On Marginal Revolution, it is asked which system should be redesigned from scratch?
My first answer: health insurance.
Many problems in health care (like cost inflation) and employment stems from one simple design flaw: the tax benefit companies receive for buying health insurance that individuals do not receive when they purchase it on their own.
This has caused an unproductive melding of health insurance and employment that aliens would find strange, but we accept as normal.
We don’t expect companies to provide home and auto insurance and those markets are not nearly as mucked up.
My second answer is soccer in the U.S.
Somehow, unlike most of the rest of the world, we wedded sports and schools together from about high school on, including soccer.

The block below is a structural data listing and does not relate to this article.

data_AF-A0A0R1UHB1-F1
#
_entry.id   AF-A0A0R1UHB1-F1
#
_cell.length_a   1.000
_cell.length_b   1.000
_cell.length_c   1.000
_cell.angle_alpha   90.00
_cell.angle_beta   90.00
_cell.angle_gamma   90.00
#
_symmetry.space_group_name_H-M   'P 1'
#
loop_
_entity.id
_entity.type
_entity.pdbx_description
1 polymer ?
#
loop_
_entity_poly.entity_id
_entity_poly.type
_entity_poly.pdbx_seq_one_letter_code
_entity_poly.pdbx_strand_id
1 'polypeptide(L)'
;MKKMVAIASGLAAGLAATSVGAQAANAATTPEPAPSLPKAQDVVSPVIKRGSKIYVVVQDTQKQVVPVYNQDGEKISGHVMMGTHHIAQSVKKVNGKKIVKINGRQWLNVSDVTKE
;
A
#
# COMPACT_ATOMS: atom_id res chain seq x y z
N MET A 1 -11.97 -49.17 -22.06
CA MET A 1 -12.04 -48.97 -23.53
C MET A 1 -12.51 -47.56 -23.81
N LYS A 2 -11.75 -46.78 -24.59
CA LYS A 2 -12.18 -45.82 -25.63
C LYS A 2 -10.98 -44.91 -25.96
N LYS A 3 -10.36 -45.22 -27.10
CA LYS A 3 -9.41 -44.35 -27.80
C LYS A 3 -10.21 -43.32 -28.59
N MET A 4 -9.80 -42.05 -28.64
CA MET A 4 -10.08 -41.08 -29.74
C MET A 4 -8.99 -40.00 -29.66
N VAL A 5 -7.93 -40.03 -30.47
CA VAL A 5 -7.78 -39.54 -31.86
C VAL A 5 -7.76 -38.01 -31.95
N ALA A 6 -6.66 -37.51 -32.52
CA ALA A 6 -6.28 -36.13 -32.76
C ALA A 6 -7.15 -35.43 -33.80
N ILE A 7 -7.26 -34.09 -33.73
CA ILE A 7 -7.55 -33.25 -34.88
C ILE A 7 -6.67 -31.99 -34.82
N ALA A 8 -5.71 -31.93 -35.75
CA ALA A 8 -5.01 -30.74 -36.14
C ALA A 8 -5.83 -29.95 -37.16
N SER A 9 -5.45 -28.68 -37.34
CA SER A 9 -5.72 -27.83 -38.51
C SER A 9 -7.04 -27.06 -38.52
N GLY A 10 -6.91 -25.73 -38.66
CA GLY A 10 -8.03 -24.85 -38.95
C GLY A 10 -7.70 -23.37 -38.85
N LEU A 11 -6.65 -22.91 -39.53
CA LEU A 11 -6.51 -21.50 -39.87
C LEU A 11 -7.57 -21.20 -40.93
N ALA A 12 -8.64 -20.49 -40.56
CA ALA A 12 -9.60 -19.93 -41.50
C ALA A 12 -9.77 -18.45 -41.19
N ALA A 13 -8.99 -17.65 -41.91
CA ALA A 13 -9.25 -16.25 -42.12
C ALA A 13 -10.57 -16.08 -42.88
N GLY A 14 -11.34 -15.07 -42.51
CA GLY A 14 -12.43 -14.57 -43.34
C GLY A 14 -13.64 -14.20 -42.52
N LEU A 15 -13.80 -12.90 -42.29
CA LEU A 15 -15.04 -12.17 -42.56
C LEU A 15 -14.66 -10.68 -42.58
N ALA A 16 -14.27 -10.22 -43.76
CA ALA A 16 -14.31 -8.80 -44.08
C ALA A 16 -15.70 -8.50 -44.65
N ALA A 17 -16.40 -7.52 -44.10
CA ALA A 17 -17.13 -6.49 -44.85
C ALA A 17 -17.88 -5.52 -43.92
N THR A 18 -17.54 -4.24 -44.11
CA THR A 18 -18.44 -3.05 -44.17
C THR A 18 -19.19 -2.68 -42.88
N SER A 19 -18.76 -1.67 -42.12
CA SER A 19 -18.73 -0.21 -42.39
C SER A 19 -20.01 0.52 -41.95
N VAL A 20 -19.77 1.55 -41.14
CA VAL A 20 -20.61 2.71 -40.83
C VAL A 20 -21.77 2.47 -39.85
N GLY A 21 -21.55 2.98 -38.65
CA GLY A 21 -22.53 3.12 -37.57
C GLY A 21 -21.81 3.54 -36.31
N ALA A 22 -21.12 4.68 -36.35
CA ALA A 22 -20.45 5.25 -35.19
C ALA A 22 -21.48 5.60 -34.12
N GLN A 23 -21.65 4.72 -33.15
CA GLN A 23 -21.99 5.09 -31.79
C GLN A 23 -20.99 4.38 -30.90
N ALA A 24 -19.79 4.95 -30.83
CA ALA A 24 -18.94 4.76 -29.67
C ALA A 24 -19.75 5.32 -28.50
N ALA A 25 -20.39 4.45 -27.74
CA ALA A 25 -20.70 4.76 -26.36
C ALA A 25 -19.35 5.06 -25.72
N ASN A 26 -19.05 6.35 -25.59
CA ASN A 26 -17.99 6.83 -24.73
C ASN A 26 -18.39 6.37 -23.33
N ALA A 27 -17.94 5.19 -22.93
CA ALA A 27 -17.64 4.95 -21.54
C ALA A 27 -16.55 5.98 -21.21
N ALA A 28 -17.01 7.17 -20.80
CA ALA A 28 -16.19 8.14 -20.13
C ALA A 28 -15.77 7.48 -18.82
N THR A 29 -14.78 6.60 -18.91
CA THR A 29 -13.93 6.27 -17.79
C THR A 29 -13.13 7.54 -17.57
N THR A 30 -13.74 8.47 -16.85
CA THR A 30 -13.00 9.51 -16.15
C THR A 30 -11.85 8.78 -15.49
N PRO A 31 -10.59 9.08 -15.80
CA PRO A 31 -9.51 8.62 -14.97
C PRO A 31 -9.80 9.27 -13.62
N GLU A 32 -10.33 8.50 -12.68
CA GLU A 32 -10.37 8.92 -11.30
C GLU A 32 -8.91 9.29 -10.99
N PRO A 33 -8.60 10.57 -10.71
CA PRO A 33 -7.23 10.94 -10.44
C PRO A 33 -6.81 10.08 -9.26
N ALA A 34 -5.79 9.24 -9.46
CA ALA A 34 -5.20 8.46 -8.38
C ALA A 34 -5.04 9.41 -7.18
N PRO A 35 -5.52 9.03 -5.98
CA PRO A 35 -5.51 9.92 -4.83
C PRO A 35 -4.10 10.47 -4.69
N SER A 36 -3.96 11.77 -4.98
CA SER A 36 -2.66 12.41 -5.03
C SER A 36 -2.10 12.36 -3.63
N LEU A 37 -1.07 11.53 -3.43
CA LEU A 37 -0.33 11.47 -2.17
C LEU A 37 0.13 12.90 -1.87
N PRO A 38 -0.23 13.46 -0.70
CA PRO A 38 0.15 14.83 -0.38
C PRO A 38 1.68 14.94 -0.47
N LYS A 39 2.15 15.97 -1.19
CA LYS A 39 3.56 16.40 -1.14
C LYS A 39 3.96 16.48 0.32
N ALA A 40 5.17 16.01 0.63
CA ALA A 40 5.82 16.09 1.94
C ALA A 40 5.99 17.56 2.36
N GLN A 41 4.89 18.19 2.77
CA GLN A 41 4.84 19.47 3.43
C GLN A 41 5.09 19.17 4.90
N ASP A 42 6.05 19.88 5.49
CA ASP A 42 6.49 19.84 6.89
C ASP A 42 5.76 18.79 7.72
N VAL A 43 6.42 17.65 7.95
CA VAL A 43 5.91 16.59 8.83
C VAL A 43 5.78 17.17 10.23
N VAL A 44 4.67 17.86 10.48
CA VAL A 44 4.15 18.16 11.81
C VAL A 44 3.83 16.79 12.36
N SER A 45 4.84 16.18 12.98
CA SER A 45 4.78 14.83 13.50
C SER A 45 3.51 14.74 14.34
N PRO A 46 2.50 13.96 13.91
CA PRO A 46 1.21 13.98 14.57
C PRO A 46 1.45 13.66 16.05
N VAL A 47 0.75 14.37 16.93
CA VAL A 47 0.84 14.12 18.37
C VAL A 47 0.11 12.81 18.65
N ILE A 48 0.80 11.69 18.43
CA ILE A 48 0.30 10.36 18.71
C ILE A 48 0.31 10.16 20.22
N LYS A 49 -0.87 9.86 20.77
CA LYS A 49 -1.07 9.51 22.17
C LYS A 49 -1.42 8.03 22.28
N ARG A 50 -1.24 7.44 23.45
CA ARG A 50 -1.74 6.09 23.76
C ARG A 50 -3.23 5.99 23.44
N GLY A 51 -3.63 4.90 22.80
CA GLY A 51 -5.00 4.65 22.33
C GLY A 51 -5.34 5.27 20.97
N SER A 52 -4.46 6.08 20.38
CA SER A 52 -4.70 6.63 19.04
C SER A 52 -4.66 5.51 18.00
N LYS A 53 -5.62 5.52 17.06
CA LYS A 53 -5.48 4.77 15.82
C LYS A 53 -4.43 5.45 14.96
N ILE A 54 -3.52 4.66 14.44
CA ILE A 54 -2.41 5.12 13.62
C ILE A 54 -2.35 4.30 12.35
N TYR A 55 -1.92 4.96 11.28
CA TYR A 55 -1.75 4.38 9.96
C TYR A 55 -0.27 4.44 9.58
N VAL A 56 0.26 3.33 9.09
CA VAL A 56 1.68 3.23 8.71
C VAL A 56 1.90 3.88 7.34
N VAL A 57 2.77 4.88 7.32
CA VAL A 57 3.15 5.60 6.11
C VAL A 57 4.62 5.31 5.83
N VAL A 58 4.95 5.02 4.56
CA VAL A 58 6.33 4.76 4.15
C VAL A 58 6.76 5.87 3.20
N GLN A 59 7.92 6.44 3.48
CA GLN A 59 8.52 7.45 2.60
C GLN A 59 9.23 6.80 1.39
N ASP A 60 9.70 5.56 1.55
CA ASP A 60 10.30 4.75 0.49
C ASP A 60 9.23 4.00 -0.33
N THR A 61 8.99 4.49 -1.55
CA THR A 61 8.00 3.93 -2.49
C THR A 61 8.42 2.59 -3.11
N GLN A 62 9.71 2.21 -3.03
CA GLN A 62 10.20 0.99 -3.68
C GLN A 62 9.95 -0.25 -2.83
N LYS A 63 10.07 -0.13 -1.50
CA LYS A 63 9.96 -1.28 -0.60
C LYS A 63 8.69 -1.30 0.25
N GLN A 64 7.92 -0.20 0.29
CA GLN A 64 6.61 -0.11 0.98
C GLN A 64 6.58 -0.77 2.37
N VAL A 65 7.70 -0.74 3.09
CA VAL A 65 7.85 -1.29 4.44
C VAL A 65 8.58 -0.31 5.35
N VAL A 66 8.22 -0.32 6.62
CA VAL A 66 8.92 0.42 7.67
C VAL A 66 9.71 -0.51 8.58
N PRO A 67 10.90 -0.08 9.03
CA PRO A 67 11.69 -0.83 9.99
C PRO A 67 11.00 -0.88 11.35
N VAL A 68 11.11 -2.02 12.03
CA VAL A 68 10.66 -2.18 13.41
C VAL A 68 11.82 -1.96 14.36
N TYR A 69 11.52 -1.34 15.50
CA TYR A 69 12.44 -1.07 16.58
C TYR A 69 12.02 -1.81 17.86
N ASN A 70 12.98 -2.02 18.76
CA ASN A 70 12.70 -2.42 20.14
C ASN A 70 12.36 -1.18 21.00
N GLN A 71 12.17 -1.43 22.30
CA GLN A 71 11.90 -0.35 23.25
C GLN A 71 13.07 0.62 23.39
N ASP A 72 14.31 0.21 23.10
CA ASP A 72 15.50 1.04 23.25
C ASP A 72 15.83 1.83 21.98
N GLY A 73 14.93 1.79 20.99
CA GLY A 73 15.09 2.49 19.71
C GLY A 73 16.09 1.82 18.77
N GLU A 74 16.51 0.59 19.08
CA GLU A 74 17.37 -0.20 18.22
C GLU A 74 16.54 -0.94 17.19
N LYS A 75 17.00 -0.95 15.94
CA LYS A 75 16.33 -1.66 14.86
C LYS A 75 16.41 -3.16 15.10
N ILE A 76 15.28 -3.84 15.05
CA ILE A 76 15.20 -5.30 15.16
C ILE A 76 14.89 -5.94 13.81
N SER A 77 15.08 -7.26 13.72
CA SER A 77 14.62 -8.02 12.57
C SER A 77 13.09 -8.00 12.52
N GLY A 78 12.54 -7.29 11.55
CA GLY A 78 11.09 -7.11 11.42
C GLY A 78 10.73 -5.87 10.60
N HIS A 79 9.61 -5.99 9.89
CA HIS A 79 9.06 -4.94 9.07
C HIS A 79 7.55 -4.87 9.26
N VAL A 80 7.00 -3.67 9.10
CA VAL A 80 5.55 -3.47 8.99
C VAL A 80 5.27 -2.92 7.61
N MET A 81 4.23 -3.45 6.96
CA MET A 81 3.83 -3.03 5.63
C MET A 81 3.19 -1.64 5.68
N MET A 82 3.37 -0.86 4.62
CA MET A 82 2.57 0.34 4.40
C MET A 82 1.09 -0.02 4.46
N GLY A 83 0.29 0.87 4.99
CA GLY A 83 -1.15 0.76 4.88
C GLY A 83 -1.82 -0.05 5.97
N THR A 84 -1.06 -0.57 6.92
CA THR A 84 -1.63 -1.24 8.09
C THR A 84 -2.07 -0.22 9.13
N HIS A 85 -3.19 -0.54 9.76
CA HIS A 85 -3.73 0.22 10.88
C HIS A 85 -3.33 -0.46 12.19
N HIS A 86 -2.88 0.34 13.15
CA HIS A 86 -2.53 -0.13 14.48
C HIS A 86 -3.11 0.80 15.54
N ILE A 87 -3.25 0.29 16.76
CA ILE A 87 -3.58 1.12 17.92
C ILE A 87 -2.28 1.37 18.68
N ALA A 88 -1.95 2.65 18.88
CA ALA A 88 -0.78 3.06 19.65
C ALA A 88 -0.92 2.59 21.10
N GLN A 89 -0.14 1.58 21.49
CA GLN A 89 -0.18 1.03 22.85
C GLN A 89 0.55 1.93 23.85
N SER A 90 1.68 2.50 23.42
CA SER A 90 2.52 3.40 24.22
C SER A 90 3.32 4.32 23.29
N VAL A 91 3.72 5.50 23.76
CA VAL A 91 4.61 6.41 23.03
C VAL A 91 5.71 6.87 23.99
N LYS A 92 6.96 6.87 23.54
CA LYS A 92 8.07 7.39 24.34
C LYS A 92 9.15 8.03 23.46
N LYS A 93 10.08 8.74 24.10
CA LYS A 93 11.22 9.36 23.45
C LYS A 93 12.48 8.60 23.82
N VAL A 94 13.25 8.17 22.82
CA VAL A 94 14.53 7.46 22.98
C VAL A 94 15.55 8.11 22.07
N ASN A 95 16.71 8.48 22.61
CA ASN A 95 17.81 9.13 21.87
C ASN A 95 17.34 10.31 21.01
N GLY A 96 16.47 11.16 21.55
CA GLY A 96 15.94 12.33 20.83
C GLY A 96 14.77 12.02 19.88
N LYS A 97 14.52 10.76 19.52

I don’t have much problem with it for American sports that are not played widely around the world.
But, it has been detrimental to soccer development. If anyone wonders why the U.S. isn’t in the World Cup and, when we do qualify, we don’t make it far, I believe part answer is school sports.
Our youth soccer culture has emerged to prep players for college soccer rather than World Cup competition, which is a different game (the checkers/chess analogy applies), in several dimensions.
It also changes how the market for players and development of players works at crucial ages.
The U.S. is the Galapagos Islands of soccer.
To the inattentive, it looks like to the sport played elsewhere.
But, being cut off from the rest of the world in various ways has caused it to evolve along a slightly different path, which happens to not be optimized for producing the chess players that operate on the world stage.
Iceland is a good example of a country that went another way. Literally an island, it opened itself up to the soccer cultures of soccer-playing countries and from its tiny population has produced a World Cup team that played to a draw against Argentina last week, which is like Emporia State beating KU in basketball.